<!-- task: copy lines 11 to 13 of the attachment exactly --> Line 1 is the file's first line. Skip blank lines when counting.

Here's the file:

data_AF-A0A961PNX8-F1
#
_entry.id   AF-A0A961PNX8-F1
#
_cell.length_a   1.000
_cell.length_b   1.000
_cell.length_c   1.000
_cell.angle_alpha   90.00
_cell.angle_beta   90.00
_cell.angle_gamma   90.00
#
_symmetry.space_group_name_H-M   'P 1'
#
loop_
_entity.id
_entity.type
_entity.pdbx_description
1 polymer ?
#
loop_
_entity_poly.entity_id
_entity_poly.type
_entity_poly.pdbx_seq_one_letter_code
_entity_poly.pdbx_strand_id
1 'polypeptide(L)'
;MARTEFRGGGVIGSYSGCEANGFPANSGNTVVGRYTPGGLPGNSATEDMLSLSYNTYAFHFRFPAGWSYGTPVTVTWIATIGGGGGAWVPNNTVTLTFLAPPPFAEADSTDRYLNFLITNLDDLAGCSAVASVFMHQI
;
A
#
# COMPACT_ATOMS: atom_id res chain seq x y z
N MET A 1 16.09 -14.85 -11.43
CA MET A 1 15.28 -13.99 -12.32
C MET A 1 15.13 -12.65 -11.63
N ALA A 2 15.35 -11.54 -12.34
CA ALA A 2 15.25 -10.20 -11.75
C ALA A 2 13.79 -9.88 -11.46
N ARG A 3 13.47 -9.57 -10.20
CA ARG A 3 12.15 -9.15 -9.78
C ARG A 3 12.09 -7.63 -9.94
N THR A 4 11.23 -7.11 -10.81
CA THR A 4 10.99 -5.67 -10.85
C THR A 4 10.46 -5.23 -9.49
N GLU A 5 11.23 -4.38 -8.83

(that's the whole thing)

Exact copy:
#
_symmetry.space_group_name_H-M   'P 1'
#